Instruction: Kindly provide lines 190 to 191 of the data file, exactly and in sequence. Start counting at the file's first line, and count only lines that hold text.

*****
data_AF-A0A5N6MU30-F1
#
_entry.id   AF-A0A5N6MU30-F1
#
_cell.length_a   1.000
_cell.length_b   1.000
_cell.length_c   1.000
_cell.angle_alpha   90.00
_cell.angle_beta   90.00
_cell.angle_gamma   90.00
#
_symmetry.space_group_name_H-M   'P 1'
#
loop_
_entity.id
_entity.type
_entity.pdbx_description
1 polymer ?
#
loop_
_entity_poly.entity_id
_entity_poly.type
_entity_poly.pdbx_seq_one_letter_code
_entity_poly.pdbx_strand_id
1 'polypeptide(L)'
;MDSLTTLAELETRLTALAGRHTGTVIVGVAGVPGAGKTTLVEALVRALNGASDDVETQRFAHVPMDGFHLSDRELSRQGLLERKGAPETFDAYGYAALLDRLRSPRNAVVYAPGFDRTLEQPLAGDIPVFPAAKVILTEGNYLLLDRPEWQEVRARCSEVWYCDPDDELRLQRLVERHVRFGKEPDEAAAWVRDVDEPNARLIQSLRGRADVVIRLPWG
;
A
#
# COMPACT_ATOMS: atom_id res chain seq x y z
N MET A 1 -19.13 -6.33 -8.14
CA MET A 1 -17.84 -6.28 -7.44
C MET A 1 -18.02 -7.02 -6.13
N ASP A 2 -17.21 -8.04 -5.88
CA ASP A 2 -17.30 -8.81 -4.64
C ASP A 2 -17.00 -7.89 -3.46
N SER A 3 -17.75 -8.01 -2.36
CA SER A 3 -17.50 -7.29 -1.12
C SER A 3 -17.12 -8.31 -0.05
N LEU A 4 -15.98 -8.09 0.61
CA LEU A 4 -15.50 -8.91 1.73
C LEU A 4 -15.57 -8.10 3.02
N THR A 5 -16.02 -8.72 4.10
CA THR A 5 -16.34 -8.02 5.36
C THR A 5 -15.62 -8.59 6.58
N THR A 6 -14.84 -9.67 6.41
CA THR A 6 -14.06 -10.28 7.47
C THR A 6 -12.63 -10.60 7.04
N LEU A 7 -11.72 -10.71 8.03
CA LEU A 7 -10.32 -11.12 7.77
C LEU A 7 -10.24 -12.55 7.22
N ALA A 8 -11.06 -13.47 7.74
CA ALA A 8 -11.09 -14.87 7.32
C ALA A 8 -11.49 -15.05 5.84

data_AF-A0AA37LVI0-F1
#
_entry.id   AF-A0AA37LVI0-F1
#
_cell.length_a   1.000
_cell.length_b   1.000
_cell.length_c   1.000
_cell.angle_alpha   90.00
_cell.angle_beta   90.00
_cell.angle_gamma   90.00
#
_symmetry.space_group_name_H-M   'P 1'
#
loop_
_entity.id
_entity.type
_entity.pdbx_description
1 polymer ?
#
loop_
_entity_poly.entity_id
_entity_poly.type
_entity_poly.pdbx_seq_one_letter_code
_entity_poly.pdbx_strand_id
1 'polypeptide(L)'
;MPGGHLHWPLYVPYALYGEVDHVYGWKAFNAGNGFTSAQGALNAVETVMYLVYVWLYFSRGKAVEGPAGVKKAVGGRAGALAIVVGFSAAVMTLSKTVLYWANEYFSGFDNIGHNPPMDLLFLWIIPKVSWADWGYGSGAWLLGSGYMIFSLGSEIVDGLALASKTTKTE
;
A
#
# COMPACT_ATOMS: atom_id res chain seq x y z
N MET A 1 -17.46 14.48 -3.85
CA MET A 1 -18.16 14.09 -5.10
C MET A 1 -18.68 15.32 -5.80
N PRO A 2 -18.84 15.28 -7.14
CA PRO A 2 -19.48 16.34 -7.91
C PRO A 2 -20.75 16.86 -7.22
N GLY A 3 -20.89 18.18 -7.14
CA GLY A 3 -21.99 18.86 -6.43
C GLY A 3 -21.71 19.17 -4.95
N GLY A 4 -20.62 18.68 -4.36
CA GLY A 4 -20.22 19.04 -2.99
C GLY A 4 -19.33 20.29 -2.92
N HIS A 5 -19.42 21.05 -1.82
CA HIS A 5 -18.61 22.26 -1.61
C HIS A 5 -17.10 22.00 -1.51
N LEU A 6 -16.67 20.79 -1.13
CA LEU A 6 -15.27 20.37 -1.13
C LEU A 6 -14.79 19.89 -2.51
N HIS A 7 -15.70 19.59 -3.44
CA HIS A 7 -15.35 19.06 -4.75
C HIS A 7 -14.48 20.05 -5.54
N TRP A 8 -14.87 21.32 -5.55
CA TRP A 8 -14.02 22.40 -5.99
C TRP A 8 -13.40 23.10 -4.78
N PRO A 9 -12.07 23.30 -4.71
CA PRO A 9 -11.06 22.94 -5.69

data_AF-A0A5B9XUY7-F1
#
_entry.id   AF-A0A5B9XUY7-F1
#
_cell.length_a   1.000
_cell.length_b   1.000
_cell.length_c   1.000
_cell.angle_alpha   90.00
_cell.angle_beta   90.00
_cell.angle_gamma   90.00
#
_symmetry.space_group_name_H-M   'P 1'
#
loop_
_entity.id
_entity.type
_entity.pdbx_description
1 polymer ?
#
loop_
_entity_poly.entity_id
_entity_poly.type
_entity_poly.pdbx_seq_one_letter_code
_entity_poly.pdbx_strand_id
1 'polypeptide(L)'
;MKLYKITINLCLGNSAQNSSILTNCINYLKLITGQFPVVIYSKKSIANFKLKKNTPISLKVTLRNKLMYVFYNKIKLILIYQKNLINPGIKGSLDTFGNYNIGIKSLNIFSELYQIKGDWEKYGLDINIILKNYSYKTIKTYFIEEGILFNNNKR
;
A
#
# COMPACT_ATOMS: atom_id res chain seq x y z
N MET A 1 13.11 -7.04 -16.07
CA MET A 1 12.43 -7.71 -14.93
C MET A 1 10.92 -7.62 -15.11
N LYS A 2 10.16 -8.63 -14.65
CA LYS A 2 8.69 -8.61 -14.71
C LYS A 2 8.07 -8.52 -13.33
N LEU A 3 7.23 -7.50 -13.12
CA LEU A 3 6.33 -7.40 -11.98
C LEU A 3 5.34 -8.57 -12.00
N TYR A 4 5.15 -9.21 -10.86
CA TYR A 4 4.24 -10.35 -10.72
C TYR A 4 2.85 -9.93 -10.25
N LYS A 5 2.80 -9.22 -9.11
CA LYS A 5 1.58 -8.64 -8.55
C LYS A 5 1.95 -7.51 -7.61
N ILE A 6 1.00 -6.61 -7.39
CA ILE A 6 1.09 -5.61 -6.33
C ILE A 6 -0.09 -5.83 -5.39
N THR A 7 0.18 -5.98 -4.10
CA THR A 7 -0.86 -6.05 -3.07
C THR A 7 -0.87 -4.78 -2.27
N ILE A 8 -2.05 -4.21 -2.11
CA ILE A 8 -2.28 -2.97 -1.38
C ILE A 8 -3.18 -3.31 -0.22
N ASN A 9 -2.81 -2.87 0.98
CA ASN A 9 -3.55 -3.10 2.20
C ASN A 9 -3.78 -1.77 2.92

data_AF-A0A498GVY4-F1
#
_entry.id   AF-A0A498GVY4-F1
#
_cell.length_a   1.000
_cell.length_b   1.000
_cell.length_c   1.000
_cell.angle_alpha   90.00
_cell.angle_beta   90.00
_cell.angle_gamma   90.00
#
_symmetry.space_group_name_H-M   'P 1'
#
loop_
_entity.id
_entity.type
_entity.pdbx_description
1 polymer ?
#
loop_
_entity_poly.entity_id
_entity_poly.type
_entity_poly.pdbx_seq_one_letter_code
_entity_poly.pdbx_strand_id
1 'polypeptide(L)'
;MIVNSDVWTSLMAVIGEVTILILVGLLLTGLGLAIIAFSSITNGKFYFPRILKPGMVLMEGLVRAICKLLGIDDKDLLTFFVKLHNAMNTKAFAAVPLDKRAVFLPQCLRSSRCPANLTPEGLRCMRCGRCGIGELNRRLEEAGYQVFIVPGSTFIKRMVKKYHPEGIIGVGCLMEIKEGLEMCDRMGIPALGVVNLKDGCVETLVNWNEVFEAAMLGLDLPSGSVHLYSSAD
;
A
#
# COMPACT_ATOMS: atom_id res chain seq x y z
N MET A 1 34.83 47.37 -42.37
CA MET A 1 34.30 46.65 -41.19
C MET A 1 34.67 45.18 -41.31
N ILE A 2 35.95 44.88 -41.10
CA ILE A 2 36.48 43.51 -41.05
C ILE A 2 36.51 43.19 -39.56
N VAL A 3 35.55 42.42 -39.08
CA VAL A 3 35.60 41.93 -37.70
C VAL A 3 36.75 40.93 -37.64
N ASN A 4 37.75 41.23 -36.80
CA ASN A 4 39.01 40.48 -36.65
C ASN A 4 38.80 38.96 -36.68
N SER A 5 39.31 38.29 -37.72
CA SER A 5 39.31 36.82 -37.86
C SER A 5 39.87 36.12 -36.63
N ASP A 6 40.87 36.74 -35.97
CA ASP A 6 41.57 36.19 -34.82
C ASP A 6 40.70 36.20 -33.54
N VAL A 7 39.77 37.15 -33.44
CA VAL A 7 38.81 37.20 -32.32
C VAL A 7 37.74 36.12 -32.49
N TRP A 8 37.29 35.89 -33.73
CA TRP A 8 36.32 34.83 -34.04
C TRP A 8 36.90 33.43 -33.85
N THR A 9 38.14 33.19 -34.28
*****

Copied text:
_entity_poly.pdbx_seq_one_letter_code
_entity_poly.pdbx_strand_id